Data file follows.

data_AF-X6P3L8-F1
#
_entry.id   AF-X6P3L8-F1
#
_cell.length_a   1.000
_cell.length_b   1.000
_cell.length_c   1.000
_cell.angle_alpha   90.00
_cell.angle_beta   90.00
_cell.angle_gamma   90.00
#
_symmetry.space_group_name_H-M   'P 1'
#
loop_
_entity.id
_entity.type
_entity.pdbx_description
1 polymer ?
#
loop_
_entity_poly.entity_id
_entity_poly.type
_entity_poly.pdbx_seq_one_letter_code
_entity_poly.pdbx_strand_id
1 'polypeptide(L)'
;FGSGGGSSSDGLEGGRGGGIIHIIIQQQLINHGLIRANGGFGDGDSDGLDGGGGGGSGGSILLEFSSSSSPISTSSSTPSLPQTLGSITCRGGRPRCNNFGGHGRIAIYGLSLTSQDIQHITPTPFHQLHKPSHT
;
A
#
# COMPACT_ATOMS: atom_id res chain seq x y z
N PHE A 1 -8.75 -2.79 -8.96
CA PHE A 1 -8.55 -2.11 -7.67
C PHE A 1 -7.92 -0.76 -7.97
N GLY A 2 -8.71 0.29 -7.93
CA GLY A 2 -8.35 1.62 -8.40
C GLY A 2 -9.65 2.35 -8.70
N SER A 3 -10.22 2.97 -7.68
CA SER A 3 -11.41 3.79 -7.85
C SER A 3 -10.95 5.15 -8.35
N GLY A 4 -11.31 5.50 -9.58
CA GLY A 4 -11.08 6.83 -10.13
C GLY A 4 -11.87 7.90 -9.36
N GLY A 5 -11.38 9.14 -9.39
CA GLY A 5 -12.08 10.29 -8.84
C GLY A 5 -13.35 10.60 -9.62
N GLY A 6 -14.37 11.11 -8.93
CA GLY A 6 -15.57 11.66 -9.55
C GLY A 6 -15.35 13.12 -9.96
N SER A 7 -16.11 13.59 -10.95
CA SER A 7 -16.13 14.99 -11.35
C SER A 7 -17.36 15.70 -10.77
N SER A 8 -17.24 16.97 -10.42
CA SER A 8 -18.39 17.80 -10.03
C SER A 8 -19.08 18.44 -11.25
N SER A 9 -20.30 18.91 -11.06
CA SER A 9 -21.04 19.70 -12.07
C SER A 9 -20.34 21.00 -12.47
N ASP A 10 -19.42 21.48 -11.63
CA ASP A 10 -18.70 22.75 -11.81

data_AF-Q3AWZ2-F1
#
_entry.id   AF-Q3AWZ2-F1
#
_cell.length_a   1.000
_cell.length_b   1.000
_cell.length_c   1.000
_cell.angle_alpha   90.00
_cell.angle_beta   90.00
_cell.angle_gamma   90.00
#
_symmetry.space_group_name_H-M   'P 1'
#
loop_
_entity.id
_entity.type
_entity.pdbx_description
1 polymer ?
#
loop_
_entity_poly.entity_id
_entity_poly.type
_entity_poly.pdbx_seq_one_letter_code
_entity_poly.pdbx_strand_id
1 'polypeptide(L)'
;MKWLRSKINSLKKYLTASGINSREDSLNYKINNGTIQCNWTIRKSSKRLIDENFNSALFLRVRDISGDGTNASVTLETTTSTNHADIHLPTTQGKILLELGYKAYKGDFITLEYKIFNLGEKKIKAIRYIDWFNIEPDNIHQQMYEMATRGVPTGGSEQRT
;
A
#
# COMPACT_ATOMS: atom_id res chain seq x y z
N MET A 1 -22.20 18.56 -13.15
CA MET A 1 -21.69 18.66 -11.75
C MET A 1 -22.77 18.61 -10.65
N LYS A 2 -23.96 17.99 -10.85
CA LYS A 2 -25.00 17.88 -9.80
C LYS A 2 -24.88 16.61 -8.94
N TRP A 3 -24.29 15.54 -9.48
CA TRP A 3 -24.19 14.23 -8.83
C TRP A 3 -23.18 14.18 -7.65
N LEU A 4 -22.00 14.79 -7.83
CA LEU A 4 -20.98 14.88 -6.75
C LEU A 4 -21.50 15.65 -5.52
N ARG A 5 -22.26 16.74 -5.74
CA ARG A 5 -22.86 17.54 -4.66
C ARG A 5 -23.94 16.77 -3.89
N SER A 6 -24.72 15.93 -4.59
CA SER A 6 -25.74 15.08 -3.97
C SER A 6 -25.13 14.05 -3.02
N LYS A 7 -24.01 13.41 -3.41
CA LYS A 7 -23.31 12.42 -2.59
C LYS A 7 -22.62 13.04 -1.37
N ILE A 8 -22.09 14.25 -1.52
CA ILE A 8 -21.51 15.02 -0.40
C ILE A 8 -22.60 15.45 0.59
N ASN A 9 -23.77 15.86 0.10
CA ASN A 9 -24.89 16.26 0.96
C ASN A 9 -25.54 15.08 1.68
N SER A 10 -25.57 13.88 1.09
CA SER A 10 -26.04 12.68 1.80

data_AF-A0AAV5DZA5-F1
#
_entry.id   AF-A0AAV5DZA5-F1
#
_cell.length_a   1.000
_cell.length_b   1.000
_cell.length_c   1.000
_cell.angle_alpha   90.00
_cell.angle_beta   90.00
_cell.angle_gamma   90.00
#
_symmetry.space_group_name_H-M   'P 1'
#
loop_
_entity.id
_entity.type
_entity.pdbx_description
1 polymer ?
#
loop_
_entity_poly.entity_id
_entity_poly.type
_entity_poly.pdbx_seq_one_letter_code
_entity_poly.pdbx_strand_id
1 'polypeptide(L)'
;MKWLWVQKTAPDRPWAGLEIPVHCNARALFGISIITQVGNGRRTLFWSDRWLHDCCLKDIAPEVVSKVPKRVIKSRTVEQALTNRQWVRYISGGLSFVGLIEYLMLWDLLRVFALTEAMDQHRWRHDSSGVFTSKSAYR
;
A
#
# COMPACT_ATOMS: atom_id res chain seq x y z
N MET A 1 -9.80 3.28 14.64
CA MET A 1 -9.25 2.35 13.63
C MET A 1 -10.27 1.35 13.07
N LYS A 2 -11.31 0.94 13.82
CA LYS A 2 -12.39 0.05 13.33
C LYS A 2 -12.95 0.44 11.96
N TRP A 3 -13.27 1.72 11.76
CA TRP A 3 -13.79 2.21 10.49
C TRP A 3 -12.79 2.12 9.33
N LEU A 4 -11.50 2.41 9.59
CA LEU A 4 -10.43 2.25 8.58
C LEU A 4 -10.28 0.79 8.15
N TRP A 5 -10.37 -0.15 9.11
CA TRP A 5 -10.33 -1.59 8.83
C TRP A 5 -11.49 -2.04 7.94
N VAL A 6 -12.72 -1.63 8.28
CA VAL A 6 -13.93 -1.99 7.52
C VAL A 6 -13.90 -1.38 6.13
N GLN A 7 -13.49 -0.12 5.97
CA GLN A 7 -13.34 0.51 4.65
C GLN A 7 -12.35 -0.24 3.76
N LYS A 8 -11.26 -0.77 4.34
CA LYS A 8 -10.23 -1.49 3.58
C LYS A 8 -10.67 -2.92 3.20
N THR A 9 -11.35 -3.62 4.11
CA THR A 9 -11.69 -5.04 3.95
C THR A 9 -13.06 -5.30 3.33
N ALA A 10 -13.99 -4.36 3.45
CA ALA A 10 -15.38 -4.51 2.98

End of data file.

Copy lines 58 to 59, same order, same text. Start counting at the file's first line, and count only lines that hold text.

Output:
N ASP A 10 -19.42 21.48 -11.63
CA ASP A 10 -18.70 22.75 -11.81